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David Brock

1962-

 
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The Monica Lewinsky case, sexual allegations about Bill Clinton, the fight over the nomination of Clarence Thomas to the United States Supreme Court, and 1990s right-wing conservative activism. What do these issues have in common with the University of California, Berkeley, and gay men?

The thread connecting these two worlds was David Brock, a Berkeley alumnus and journalist who became a darling of the conservative establishment for his articles and books attacking progressive figures from Anita Hill to Bill and Hillary Clinton.

In the early and mid-1990s Brock’s articles, speeches, and interviews were wildly popular with American conservatives. In particular, in a lengthy article in the American Spectator retailing allegations that state troopers had helped arrange extra-marital sexual escapades for Bill Clinton when he was Governor of Arkansas, Brock mentioned the assertion that one rendezvous had been with a woman known only as “Paula.”

Not long thereafter a woman named Paula Jones identified herself as the mysterious figure, but said she had rebuffed Clinton’s alleged advances. Ultimately, she sued Clinton, and through the legal machinations of that case the story of Monica Lewinsky came to light. Clinton was tried and impeached before the U.S. Senate in one of the biggest political sideshows of the late 20th century.

Through all this, one intriguing fact was not extensively known or publicized. David Brock, the journalist and Berkeley alumnus who wrote about the scandalous allegations, was gay.

In his autobiography, Blinded By the Right: the Conscience of an Ex-Conservative, Brock described his adoptive childhood. Relocated by a conservative father to Texas, he grew up lonely and rebellious, crusading for unpopular liberal causes in his suburban Dallas high school.

“I chose Berkeley [for college] partly because it was a bitter pill for my father to swallow and was as far away from Dallas as I could imagine.” Once at Cal, he worked on the staff of the Daily Californian and said he became disenchanted with liberal politics. A catalyst, according to his story, was the lecture appearance of Ronald Reagan’s Ambassador to the United Nations Jeanne Kirkpatrick. Brock writes he was shocked by the hecklers who disrupted her speech. Later, he wrote an editorial supporting the American invasion of Grenada, and was attacked by the campus Left. In reaction, he gravitated towards friendship and identification with conservative professors and students.

In addition to changing his political views, Brock was also coming to understand his sexuality. He wrote he had little difficulty reconciling politics and personal life.

“At Berkeley, I had no cause to associate conservatism with prejudice against gays. In the early ‘80s gay issues weren’t polarizing our campus…since arriving in Berkeley I no longer put aside my deeper desires. With some hesitation, during my freshman year, I went on uneasy dates and had hurried sexual encounters with other guys in neighboring dorms. By the end of the year I considered myself gay and had surprisingly little trouble accepting that reality….”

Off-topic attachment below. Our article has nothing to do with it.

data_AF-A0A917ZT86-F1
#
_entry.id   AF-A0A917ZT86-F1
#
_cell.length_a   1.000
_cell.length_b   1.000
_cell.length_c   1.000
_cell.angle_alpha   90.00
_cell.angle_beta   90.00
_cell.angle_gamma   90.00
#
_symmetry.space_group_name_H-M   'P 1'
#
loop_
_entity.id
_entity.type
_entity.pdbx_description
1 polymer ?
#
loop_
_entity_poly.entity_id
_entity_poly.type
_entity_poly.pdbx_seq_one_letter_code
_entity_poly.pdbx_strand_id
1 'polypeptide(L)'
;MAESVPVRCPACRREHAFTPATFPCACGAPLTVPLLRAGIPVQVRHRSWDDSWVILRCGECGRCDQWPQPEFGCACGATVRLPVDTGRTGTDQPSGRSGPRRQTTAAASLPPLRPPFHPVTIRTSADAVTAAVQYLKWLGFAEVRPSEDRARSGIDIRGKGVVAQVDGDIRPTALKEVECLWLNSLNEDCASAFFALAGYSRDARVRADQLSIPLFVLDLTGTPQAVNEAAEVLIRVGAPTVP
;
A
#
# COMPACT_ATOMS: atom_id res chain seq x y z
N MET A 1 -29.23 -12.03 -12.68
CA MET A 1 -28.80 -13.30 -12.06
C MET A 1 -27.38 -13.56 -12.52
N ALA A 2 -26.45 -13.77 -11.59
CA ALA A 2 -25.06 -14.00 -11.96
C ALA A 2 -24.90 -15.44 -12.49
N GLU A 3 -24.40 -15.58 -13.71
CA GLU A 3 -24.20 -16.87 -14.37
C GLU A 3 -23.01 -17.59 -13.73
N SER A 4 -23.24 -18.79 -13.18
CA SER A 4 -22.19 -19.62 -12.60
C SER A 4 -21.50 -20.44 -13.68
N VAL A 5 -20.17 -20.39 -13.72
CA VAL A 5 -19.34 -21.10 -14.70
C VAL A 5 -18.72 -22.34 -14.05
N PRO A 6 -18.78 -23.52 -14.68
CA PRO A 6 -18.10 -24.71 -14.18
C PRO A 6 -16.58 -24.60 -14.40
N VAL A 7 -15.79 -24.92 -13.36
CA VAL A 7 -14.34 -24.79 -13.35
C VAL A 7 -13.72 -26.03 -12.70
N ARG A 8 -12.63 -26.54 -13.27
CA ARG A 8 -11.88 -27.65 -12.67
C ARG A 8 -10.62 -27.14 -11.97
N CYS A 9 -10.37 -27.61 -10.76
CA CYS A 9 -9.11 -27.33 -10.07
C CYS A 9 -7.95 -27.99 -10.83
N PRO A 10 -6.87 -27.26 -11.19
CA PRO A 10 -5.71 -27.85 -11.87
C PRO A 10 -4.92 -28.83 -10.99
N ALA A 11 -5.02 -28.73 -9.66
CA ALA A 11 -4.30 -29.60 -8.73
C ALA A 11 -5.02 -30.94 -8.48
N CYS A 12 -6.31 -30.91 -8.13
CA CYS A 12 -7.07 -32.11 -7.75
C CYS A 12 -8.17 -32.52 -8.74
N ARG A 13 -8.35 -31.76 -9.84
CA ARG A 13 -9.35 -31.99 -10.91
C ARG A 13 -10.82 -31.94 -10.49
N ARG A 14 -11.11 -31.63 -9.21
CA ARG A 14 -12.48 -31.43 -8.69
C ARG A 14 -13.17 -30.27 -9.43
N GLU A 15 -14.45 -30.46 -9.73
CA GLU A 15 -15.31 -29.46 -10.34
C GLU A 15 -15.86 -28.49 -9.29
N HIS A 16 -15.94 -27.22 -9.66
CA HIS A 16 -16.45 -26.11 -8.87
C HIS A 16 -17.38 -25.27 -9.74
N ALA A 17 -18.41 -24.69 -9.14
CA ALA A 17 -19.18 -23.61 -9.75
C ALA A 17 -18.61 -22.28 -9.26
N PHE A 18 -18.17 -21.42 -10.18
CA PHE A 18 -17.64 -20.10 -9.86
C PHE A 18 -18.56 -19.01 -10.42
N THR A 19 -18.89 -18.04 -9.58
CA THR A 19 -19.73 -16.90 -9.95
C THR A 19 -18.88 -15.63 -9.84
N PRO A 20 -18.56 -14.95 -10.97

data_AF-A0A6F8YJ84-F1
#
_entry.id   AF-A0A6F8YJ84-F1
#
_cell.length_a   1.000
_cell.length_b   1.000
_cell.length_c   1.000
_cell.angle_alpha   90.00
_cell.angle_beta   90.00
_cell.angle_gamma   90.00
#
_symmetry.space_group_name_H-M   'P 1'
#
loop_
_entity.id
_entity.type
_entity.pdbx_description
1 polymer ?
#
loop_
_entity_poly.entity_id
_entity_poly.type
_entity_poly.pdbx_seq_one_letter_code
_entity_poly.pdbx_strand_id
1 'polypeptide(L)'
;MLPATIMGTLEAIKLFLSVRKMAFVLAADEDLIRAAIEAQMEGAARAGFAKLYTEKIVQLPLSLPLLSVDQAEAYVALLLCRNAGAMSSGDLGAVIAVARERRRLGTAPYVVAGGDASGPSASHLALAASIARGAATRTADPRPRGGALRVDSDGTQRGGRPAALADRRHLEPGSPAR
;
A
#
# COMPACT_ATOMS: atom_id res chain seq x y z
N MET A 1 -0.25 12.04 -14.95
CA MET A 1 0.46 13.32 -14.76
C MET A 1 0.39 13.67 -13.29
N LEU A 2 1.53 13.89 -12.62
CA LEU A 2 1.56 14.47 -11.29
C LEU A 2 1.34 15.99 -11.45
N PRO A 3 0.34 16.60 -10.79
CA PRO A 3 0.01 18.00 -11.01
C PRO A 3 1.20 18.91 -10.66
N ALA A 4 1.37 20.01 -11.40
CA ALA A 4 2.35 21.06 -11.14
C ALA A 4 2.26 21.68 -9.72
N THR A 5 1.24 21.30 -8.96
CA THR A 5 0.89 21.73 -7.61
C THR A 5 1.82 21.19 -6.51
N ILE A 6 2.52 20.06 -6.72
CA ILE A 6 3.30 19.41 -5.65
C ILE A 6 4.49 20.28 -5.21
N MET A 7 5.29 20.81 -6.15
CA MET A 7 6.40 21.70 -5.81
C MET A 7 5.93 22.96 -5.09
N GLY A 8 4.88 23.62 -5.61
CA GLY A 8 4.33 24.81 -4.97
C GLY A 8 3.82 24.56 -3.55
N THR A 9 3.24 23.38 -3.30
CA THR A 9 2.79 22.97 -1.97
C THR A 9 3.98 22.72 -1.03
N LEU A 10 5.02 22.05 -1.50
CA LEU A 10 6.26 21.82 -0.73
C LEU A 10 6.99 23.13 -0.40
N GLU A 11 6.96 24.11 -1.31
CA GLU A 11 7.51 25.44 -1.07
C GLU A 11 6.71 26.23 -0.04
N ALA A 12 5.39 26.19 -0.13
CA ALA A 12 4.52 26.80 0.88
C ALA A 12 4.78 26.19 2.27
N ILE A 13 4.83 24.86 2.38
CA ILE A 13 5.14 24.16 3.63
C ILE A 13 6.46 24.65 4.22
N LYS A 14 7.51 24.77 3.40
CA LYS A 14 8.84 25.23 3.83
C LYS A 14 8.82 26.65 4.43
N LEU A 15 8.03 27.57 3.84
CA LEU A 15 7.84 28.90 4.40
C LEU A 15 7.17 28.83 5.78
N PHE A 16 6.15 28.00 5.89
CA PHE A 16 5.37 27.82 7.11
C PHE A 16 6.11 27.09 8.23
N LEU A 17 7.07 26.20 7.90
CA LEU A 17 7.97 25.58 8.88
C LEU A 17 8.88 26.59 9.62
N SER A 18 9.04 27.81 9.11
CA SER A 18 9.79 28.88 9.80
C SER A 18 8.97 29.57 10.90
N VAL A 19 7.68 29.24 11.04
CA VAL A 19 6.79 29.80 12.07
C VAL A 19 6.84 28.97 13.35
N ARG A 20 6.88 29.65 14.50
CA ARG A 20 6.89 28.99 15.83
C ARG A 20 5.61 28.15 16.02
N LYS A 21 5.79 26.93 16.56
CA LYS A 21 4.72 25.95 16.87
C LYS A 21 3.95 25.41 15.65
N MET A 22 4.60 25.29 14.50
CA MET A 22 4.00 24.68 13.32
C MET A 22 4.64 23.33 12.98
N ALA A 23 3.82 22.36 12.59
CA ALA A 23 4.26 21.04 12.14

During the summer after his freshman year, he writes, he was attracted to a fellow student (referred to in his book as “Andrew”), “a blond, blue-eyed dreamboat of the Brad Pitt variety…” while they both worked with CalPIRG (the California Public Interest Group).

“We became close friends instantly, and through Andrew I learned all about the gay world — and how to be honest about who I was. After I had known him for about ten months, Andrew moved into my off-campus studio apartment, and we began to live as boyfriends. I was in love….”

After college, Brock moved to Washington D.C. where he took a job at the conservative Washington Times. “Andrew” came along, although they later separated. Brock enthusiastically became a writer in the service of conservative causes. He also became a regular at gay clubs where he encountered many of the people he saw more publicly in conservative organizations and publications. “Gay Republicans were everywhere, even in the city’s bars,” he wrote, and he became one of them.

Years later Brock was “outed” in an interview. He was abandoned by the right-wing and published Blinded By the Right, in which he apologized for much of his earlier writing and said “Had I come out of college as an openly gay man ten years later, I doubt I would have fallen in with the by-then transparently antigay GOP.”

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Copyright 2002 Regents of the University of California. Email: benemann@law.berkeley.edu.